Around construction sites, hard hats are the best way to protect yourself from permanent, life-changing injuries or death. It’s important, then, that workers understand the various types of hard hats, how to care for hard hats, and the requirements of wearing hard hats on the job.
OSHA regulations mandate specific requirements for head protection in the workplace. As with many OSHA standards, these rules incorporate standards from the American National Standards Institute (ANSI). OSHA provides the regulations to follow, and ANSI provides the means to follow those regulations.
When Does OSHA Require Hard Hats?
OSHA has two standards that govern hard hat requirements:
- 29 CFR 1910.135 governs hard hat requirements for general industry workers
- 29 CFR 1926.100 refers to head protection requirements for construction, demolition, and renovation workers
Both standards require workers to wear hard hats when there is a potential for a head injury from “impacts, falling or flying objects, or electrical shock.”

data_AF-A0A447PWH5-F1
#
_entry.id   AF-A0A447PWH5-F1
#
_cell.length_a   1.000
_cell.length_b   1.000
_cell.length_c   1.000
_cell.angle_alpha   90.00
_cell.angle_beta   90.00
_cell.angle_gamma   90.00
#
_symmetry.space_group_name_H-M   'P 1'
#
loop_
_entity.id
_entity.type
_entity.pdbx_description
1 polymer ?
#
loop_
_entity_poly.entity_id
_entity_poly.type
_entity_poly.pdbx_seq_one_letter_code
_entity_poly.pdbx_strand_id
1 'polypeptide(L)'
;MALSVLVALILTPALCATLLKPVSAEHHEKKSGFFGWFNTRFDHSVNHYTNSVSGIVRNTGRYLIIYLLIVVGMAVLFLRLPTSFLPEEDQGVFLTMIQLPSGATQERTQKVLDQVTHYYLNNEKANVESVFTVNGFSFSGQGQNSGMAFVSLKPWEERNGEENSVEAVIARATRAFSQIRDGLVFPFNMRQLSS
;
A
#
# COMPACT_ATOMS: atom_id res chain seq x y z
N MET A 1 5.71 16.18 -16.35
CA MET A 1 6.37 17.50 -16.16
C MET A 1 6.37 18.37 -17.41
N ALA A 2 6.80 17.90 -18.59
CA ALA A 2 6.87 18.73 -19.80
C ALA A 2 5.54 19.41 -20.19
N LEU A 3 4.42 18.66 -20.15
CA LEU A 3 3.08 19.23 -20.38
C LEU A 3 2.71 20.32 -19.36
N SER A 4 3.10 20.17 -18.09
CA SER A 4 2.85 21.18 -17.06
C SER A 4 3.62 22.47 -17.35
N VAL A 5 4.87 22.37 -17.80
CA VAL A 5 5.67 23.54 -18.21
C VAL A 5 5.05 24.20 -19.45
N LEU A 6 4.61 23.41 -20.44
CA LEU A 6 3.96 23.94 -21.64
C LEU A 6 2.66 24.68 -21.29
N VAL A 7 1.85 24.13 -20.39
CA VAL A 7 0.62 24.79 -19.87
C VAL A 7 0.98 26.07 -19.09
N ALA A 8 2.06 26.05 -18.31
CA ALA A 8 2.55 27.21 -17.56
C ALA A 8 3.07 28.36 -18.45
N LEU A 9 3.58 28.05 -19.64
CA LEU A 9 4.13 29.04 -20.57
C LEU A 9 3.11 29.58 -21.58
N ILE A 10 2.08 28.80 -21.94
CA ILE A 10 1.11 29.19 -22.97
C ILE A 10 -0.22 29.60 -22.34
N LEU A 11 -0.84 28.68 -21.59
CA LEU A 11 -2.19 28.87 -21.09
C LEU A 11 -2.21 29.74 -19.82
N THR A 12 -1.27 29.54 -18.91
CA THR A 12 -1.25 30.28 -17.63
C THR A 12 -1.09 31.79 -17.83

In all cases, hard hats must meet OSHA head protection requirements. Hats are headcovers these are worn for various purposes for head safety or protection. If the word Scottish is attached it means, the traditional Scottish hats which are worn in the Scottish highlands to keep the tradition alive. It’s also a part of Scottish military or civilian Highland dress, either formal or informal.
When Does a Hard Hat Meet OSHA’s Requirements?
A hard hat that meets ANSI Z89.1 is OSHA compliant. 29 CFR 1910.135(b)(1) and 29 CFR 1926.100(b).
This standard defines:
- Types and classes of hard hats for specific hazardous situations
- Design and performance requirements for impact, penetration, and electrical shock
- Testing requirements to ensure OSHA compliance
Although manufacturers typically test and certify their products, employers need to verify that their hard hats meet OSHA’s requirements.
What Are the Different ANSI Hard Hat Categories?
ANSI Z89.1 defines two types of hard hats and establishes three classes of hard hats based on the level of electrical hazard protection provided.
Hard Hat Types: The two types of hard hats are defined by the area of the head that is protected.
- Type I offers protection to the top of the head and is commonly used in the United States and Europe.
Hard Hat Classes: The three classes are based on the level of protection they provide from electrical hazards.